ReTooled: Highlights from the Hechinger Collection

January 9–February 23, 2020

Hans Godo Frabel, Hammers and Nails, 1980, glass.  Photo courtesy of Edward Owens.

This exhibition of thoughtful and whimsical interpretations of tools as objects of beauty, or instruments of satire, features more than 40 imaginative works in sculpture, painting, photography, and works on paper. Berenice Abbott, William Eggleston, Jim Dine, Claes Oldenburg, James Rosenquist, Arman, Richard Estes, Red Grooms, Fernand Léger, and Roger Shimomura are among the 28 artists represented. These creations serve as reminders that tools embody the “can-do” spirit and may be an extension of oneself. The works on view are part of a massive collection originally belonging to hardware-industry pioneer John Hechinger.

This exhibition is made possible through a leadership gift from the Helena Foundation and is generously sponsored by PNC Bank and Anne S. Potter. Additional support is provided by David and Laura Watt, Richard and Carole Falk, and Katie Blyth + Gary Brown + Brogan Brown.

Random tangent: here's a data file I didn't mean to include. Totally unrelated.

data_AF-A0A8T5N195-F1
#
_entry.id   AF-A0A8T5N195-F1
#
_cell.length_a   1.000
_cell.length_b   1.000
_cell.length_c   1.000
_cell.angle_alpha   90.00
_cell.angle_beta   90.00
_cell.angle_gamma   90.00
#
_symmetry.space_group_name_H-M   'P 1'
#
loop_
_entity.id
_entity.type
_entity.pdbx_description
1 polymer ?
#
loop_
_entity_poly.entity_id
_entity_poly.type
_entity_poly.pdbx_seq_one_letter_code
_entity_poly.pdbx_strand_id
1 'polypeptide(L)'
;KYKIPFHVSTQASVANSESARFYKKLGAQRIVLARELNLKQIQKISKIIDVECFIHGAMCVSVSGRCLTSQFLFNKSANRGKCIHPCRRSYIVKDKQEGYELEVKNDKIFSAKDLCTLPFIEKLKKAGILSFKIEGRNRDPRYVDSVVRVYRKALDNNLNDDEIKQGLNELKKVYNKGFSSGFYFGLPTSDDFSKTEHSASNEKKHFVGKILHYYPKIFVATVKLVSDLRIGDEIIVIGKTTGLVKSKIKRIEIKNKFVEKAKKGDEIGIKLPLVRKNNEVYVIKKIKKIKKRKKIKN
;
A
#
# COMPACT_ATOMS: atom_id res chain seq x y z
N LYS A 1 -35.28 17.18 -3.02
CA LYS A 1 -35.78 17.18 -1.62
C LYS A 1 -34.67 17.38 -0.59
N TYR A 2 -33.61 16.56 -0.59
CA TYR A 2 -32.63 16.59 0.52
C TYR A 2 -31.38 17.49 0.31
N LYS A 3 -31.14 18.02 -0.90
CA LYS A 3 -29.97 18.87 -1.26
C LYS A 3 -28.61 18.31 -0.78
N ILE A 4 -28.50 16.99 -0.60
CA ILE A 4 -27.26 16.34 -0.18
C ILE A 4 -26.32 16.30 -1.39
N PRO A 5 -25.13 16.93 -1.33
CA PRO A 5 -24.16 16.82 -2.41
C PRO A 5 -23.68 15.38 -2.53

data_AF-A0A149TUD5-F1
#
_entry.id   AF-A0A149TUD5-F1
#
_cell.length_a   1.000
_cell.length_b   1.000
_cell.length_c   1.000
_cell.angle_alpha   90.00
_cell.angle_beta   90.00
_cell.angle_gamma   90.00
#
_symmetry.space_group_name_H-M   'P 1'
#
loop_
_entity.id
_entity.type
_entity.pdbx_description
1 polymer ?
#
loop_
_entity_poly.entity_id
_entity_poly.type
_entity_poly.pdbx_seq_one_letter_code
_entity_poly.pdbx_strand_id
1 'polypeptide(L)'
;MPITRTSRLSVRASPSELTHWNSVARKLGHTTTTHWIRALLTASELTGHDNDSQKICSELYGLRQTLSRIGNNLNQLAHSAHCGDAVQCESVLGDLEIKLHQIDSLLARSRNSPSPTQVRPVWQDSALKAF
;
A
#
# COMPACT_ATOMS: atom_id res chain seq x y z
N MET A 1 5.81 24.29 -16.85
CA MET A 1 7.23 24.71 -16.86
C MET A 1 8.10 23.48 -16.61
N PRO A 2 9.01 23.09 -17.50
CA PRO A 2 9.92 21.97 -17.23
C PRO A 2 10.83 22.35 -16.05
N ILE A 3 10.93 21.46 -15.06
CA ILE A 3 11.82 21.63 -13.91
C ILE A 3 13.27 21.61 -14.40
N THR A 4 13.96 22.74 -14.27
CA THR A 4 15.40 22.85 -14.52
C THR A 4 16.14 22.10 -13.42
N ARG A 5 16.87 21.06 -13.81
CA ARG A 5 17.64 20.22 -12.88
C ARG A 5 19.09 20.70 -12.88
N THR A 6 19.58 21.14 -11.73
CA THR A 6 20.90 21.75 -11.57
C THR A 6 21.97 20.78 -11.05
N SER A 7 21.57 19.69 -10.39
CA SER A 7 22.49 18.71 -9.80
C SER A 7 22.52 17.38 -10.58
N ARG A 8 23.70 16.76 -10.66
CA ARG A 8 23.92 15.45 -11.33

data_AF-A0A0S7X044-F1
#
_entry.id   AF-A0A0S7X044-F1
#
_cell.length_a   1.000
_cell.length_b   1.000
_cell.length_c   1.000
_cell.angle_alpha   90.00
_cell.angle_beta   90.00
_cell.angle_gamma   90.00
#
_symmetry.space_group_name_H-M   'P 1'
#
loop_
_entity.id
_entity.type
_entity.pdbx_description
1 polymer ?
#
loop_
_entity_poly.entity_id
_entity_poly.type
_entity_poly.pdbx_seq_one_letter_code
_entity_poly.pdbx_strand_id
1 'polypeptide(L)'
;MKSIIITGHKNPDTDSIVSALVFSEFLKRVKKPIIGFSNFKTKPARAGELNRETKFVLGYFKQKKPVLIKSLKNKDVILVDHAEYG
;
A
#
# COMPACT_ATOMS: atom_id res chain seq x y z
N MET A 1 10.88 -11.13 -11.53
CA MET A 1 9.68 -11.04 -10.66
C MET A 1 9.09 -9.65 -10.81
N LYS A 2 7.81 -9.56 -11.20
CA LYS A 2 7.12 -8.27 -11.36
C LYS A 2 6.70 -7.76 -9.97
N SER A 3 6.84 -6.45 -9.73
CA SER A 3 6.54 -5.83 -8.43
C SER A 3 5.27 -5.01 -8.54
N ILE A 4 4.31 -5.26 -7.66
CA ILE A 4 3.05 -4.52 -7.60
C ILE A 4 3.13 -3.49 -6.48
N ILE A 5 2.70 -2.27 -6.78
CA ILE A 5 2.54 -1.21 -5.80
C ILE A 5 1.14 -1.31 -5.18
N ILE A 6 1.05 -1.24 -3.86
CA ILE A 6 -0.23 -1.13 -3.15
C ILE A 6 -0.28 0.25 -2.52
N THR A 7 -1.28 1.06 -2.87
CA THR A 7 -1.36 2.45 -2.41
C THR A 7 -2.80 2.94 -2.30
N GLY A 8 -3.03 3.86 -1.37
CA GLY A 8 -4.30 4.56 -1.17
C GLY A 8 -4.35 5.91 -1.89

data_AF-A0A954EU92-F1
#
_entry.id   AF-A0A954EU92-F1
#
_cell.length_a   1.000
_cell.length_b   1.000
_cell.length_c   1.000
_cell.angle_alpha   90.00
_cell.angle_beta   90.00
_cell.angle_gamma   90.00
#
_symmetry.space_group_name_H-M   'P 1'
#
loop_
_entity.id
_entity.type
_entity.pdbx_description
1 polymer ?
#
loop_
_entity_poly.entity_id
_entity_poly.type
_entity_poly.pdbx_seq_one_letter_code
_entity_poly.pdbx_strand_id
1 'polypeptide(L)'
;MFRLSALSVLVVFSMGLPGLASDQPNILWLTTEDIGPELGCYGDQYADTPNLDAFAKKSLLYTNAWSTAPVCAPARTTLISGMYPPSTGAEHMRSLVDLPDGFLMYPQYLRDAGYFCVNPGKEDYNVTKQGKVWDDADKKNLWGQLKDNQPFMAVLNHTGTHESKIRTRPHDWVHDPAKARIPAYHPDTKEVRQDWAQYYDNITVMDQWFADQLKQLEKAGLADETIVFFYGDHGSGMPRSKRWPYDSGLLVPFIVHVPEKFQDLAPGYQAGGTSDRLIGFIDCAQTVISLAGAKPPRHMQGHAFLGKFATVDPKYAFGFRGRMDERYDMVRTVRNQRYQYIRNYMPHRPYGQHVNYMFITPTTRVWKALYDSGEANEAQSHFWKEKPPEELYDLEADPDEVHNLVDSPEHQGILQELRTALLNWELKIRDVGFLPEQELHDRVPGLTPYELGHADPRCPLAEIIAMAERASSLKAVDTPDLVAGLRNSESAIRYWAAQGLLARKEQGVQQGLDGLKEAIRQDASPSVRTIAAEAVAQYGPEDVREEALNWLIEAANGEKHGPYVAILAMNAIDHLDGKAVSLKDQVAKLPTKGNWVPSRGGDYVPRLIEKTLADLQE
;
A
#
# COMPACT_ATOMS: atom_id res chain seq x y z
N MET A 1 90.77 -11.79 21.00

I A and A logo Mitchell Gallery sponsor“ReTooled: Highlights from the Hechinger Collection” was organized by International Arts & Artists, Washington, DC. Gift of John and June Hechinger.

IN THE NEWS

ReTooled–Tools as Art at the Mitchell Gallery: WBJC’s Judith Krummeck interviews Lucinda Edinberg about the “ReTooled” exhibition at the Mitchell Gallery.

Robert’s Picks: This article in Annapolis Home magazine highlights “ReTooled” as an exhibit definitely worth seeing.

Hechninger’s “ReTooled” Art Exhibit Meets Community Stewardship: This story in the Prince George’s Sentinel describes the exhibit and recalls nostalgia for many local businesses now gone.

Tools of the Trade: This story in the Bay Weekly takes a look at the "ReTooled" exhibition.

Also Featured in the ReTooled Exhibition

Lee A. Schuette, Cross Cut Saw, 1982, wood. Photo courtesy of Edward Owens.
Richard Estes, Nass Linoleum, 1972, screen print. Photo courtesy of Edward Owens.
Mitchell Gallery Retooled Hugh Butt
Hugh R. Butt, The Long Road to Usefulness, 1989, painted steel and hardware. Photo courtesy of Joel Breger.

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